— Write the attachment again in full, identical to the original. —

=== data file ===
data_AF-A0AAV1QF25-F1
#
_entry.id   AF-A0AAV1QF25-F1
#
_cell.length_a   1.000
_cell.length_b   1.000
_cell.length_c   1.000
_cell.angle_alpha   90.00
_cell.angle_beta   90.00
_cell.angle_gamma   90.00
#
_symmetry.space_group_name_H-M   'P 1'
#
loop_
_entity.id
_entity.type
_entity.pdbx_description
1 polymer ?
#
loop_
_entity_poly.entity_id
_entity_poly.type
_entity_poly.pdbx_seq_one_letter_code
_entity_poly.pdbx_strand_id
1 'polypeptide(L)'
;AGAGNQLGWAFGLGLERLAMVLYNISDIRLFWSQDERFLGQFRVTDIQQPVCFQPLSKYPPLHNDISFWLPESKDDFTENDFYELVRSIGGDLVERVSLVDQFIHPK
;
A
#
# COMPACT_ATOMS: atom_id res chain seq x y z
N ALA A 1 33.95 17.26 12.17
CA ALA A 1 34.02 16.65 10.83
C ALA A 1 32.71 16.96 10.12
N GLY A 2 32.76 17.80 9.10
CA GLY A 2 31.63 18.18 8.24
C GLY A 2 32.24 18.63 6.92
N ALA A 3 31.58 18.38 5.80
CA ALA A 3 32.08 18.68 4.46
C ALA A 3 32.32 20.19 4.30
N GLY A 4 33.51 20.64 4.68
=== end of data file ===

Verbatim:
data_AF-A0AAV1QF25-F1
#
_entry.id   AF-A0AAV1QF25-F1
#
_cell.length_a   1.000
_cell.length_b   1.000
_cell.length_c   1.000
_cell.angle_alpha   90.00
_cell.angle_beta   90.00
_cell.angle_gamma   90.00
#
_symmetry.space_group_name_H-M   'P 1'
#
loop_
_entity.id
_entity.type
_entity.pdbx_description
1 polymer ?
#
loop_
_entity_poly.entity_id
_entity_poly.type
_entity_poly.pdbx_seq_one_letter_code
_entity_poly.pdbx_strand_id
1 'polypeptide(L)'
;AGAGNQLGWAFGLGLERLAMVLYNISDIRLFWSQDERFLGQFRVTDIQQPVCFQPLSKYPPLHNDISFWLPESKDDFTENDFYELVRSIGGDLVERVSLVDQFIHPK
;
A
#
# COMPACT_ATOMS: atom_id res chain seq x y z
N ALA A 1 33.95 17.26 12.17
CA ALA A 1 34.02 16.65 10.83
C ALA A 1 32.71 16.96 10.12
N GLY A 2 32.76 17.80 9.10
CA GLY A 2 31.63 18.18 8.24
C GLY A 2 32.24 18.63 6.92
N ALA A 3 31.58 18.38 5.80
CA ALA A 3 32.08 18.68 4.46
C ALA A 3 32.32 20.19 4.30
N GLY A 4 33.51 20.64 4.68